The world is filled with thousands of aspiring authors. Yet, as each day passes by, not a single page is written to make their dreams a reality. Everyday we add new pages to our personal book of life. With each new experience lies an opportunity to grow and learn from. While learning and developing your authentic self, your story could also be documented as a way of “reflecting” on those exact experiences. When I wrote Identity From A Different Breed I didn’t know where to start. Hardly any of my peers had written books so I questioned if I would even qualify for such a task. Was this a phase that I was going through? I asked. Will I stay committed to the writing process for months at a time? Who would read it after its finished? These questions built up in my mind daily enough for me to forget the single and most important task to get started, writing. So, I conducted a little test that I was taught during my freshman year of college. That test was to think of any topic of choice, and write for 30 minutes nonstop. This meant no going back to edit, rephrase, scratch out or spell check. No editing what so ever. I had a timer next to me to keep track of time and a couple of pens in case I ran out of ink. I minimized all distractions and got started.
By writing non stop for 30 minutes, I had realized that if I could produce numerous pages of free thought on one topic for 30 minutes, I could write a book. Many forget that the most important as well as the hardest part about writing anything, is actually writing it. I can imagine when one reflects on writing a book, they picture this major project that lie ahead of them. After becoming so overwhelmed, it does turn into just that thing that you predestined it to be, a “phase” that existed fir a brief moment in your life. Then, several months down the line, you read the most profound piece of literature you have ever laid your eyes on. You watch the most exhilarating screenplay you’ve ever seen. Then you start to wonder, what have you been doing all of this time? Without a doubt, you guarantee that you could have written or produced something just as brilliant as these works, but you got in your own way because of fear of a lengthy task. The first step however is to qualify yourself. If you can get through 30 minutes, you can produce 300+ pages.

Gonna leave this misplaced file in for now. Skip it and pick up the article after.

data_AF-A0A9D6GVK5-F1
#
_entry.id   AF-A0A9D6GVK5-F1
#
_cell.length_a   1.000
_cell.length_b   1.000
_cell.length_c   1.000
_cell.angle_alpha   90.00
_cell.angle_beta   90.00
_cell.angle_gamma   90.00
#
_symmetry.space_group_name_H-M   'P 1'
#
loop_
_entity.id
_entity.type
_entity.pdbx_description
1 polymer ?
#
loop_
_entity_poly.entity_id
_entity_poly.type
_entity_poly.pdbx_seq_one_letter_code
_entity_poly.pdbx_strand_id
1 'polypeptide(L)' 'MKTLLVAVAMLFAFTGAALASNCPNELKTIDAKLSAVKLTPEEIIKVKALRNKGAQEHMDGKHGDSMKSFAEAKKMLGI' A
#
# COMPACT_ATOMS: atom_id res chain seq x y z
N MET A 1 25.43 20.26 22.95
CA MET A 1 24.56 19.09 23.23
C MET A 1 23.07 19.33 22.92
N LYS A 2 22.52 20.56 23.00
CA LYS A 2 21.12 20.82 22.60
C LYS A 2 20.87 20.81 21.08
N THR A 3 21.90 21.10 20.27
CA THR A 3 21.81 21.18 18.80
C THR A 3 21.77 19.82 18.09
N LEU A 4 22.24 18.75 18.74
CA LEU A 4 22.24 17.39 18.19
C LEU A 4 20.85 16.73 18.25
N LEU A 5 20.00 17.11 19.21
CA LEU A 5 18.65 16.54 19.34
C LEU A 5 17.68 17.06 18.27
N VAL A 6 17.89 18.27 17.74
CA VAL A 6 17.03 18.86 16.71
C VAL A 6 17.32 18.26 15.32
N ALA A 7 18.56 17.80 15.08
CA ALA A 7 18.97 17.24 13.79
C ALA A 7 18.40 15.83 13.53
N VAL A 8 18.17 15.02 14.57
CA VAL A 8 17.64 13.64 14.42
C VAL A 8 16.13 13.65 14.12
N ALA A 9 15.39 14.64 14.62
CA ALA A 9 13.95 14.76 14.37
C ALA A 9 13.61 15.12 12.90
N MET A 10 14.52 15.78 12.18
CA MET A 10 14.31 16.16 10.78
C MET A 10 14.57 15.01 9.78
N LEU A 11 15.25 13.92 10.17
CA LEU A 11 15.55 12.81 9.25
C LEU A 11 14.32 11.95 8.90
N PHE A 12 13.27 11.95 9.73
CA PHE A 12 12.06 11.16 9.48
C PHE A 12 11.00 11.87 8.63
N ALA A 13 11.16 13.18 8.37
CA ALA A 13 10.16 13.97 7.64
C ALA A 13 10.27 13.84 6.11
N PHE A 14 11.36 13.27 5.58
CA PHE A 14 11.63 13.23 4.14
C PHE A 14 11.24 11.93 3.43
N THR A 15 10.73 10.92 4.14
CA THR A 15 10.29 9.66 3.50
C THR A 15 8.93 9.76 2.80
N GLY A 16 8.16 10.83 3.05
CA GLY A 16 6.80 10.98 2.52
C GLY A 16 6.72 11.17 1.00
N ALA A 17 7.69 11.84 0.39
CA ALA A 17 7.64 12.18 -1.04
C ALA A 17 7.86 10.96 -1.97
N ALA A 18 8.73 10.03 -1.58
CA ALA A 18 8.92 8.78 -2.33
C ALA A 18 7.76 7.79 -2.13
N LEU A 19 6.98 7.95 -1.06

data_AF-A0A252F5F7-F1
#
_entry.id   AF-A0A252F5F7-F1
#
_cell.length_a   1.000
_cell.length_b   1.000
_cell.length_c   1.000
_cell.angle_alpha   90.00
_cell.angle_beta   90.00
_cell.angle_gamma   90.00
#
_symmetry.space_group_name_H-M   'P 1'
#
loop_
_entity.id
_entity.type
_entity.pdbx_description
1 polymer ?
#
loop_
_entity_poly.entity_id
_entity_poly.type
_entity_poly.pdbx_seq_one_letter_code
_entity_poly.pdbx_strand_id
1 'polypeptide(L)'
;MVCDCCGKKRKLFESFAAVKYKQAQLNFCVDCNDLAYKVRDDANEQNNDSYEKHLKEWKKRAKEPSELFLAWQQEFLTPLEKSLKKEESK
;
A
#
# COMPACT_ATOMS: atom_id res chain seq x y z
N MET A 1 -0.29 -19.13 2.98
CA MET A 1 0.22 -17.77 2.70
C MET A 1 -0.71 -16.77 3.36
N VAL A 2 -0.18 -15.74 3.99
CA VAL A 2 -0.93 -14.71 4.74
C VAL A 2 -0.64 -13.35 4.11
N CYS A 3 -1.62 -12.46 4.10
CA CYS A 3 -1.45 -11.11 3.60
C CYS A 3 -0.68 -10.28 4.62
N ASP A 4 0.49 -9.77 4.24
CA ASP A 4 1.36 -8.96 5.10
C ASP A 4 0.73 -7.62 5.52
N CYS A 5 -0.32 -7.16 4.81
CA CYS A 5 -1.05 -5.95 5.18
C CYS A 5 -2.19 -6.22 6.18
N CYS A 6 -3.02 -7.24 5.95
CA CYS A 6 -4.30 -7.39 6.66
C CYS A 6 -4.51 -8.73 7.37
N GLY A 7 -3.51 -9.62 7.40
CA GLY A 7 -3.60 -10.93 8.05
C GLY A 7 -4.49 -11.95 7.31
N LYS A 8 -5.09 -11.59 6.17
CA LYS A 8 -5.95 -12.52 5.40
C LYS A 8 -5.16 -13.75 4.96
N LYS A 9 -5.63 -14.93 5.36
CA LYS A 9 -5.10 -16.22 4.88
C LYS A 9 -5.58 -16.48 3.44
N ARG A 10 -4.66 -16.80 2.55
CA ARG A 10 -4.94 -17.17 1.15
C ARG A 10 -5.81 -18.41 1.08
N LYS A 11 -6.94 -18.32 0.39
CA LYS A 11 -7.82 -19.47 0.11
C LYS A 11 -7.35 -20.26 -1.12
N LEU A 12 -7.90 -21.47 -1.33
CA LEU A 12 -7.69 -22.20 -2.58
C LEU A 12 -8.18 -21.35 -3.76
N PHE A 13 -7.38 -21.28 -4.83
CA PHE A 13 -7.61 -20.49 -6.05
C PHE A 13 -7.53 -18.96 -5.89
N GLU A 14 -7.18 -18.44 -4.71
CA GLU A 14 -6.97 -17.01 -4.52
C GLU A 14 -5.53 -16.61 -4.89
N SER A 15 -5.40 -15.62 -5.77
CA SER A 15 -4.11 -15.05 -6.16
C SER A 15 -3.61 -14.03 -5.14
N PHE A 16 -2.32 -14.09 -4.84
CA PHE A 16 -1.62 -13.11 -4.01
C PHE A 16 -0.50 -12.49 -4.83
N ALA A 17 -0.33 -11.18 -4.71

Try for yourself
Sit down, preferably in a quiet place with minimal distractions. Gather up several sheets of paper and a couple of ink pens to get started. Briefly spend 5 minutes reflecting on a topic that you would like to write on. It could be anything: yourself, career aspirations, what you learned from a book you have read, your deepest fears, anything. The possibilities are endless so don’t limit yourself. Then, get a clock or timer to keep track of time as you’re writing. Then, take a deep breath and start writing. You will find that 30 minutes is longer than you think when it comes to freehand writing. Afterwards however, by having the desire to writing a major project such as a book, you will find that this exercise was very fulfilling for you. Imagine the 30 minutes you spend doing something unproductive already. This simple task could change your perspective on the writing process or even your writing capabilities.
Remember, everyone has a story to tell so don’t fear letting your voice be heard and, write! Good luck.